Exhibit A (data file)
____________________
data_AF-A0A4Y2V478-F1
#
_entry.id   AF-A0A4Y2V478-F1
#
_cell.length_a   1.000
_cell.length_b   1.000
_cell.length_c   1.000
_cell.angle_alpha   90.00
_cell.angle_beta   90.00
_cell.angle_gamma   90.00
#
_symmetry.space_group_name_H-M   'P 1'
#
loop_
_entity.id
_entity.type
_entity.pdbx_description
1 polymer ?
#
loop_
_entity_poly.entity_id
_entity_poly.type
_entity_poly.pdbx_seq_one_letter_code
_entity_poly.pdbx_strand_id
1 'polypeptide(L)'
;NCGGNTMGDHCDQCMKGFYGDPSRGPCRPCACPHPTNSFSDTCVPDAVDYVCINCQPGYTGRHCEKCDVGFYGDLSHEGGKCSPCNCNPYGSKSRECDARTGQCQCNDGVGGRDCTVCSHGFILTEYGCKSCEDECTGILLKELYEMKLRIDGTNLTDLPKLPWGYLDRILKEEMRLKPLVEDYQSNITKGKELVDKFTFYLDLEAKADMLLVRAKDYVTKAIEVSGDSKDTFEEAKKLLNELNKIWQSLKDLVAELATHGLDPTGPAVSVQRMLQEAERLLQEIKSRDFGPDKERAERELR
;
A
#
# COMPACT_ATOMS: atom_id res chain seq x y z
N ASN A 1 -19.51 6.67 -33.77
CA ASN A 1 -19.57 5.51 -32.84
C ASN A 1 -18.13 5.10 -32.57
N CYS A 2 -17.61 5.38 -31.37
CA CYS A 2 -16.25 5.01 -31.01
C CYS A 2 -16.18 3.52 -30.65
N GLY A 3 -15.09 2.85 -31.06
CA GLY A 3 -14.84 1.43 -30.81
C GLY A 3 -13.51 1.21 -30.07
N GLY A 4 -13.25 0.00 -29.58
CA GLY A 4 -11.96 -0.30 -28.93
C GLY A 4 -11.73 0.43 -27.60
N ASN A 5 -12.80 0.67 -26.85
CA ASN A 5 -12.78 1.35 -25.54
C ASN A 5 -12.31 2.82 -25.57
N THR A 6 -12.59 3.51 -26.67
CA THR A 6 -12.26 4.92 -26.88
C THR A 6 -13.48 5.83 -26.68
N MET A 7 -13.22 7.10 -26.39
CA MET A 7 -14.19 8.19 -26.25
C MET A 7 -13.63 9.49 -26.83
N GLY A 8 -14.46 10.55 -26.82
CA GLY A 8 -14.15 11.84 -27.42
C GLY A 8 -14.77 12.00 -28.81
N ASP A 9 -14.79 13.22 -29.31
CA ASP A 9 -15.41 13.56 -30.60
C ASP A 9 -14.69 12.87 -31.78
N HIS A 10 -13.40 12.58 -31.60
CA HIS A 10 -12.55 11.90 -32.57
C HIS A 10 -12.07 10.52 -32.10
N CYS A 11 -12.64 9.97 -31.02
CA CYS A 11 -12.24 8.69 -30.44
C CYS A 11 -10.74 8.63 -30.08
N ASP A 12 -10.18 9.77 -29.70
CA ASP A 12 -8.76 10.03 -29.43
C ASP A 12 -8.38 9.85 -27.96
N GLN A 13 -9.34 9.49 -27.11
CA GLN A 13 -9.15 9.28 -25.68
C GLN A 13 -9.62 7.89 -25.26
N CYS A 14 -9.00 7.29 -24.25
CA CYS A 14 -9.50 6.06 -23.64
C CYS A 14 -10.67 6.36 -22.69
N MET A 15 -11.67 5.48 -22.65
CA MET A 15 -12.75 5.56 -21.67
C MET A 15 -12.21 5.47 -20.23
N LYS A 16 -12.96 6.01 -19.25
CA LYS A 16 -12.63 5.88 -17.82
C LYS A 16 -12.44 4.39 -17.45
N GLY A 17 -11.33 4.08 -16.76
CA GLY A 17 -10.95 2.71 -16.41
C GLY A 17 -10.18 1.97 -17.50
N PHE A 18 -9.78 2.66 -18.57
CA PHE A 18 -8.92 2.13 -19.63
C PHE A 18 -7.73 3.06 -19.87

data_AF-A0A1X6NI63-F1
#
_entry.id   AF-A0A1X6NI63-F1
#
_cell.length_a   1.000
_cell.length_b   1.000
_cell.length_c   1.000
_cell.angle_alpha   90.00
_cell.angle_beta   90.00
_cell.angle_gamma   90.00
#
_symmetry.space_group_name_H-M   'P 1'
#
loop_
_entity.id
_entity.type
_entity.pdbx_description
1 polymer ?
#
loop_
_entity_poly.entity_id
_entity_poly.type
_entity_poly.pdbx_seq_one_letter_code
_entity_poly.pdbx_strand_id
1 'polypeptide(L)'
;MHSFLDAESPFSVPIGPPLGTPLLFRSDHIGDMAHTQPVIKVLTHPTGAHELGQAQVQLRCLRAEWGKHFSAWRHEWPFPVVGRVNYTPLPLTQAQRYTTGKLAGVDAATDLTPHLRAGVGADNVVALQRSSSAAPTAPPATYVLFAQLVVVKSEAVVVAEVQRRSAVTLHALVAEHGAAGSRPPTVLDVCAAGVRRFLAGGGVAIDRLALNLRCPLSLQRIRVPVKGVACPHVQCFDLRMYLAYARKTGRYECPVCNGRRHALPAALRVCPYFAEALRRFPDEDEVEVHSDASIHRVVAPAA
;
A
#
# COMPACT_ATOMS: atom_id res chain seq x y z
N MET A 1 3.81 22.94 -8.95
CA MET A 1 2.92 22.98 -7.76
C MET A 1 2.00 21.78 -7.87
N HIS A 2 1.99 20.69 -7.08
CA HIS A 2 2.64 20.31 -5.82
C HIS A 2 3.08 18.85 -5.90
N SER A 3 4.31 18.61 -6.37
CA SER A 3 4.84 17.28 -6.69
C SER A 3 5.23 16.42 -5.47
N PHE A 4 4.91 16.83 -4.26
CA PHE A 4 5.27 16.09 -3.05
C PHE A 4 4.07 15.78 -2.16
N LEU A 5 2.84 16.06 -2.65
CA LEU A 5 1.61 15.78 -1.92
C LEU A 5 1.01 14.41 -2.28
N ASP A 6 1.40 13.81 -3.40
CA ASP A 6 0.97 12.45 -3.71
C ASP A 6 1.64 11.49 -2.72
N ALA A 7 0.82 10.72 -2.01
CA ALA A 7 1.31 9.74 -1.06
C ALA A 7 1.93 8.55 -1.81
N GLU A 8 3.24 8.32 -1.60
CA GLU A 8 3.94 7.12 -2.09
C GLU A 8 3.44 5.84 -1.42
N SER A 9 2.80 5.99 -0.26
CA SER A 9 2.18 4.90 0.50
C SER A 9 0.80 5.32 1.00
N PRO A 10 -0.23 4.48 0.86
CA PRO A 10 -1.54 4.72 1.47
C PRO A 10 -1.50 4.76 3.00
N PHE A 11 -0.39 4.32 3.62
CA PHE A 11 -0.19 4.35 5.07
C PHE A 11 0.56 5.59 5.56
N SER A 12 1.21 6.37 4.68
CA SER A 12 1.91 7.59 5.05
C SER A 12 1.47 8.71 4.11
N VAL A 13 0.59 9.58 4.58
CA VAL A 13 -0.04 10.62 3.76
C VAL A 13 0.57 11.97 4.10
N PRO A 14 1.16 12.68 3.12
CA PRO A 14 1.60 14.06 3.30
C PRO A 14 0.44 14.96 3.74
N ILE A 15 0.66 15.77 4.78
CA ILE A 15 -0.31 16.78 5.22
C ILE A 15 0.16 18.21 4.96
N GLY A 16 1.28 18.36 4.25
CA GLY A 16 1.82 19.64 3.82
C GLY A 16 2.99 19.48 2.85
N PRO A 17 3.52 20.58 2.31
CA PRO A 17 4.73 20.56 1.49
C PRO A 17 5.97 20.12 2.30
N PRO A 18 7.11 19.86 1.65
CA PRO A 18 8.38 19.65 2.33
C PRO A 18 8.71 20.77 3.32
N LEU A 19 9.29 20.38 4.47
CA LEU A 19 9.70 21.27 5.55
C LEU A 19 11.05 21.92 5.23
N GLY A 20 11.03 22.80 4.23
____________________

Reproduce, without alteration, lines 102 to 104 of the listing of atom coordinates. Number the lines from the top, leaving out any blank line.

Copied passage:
1 polymer ?
#
loop_